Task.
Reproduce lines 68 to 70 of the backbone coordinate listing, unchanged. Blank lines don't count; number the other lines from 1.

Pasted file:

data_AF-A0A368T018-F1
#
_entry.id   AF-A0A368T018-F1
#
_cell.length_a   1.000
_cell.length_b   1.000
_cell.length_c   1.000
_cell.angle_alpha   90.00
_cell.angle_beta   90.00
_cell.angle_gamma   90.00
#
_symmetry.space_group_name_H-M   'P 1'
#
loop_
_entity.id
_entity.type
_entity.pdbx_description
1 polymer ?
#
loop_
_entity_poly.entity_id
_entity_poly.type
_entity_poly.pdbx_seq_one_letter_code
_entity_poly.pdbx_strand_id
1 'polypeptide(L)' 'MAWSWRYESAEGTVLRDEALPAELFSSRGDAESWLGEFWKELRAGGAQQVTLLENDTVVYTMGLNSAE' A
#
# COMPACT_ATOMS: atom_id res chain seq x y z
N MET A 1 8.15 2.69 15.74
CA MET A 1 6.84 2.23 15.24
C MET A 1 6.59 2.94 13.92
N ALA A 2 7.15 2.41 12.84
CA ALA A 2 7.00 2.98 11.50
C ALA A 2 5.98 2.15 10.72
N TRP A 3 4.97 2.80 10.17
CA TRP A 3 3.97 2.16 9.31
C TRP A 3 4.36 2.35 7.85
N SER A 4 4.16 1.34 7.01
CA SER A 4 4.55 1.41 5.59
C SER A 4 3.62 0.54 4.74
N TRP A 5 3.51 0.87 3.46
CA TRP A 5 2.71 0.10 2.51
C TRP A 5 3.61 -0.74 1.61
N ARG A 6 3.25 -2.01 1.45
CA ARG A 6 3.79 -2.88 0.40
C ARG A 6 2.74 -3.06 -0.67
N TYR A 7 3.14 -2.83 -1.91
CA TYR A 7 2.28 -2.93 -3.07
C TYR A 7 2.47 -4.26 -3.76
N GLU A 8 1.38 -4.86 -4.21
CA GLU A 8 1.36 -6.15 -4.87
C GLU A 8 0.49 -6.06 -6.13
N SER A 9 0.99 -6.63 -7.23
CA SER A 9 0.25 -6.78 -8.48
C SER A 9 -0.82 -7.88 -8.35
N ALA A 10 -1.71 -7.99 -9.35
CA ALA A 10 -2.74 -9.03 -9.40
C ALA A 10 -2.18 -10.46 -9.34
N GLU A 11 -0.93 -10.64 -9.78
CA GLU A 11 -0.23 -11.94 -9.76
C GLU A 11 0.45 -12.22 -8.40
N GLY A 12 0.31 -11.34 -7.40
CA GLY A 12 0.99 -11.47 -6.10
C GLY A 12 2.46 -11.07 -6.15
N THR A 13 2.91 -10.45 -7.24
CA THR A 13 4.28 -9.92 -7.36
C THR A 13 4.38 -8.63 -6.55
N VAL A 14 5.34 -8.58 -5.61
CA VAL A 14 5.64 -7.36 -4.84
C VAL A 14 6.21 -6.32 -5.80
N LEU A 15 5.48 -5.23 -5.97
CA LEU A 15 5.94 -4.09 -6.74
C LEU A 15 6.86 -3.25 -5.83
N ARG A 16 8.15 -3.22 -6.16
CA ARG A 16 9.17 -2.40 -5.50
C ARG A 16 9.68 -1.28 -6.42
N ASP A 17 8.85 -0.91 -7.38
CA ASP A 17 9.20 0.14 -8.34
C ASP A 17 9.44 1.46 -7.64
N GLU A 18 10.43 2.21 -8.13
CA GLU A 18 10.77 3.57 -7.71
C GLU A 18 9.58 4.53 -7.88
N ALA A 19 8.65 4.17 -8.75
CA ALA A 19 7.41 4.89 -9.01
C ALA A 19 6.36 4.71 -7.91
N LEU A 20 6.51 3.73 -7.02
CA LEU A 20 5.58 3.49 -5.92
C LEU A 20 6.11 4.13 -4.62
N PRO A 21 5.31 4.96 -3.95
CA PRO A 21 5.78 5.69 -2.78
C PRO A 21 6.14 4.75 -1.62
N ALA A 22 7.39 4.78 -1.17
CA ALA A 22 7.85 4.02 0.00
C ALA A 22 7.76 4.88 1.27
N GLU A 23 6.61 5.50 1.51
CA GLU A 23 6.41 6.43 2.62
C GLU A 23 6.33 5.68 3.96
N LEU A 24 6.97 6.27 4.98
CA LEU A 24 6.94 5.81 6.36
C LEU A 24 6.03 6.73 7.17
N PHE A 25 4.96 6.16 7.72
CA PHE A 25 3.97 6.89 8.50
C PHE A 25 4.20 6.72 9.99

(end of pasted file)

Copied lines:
CA VAL A 14 5.64 -7.36 -4.84
C VAL A 14 6.21 -6.32 -5.80
N LEU A 15 5.48 -5.23 -5.97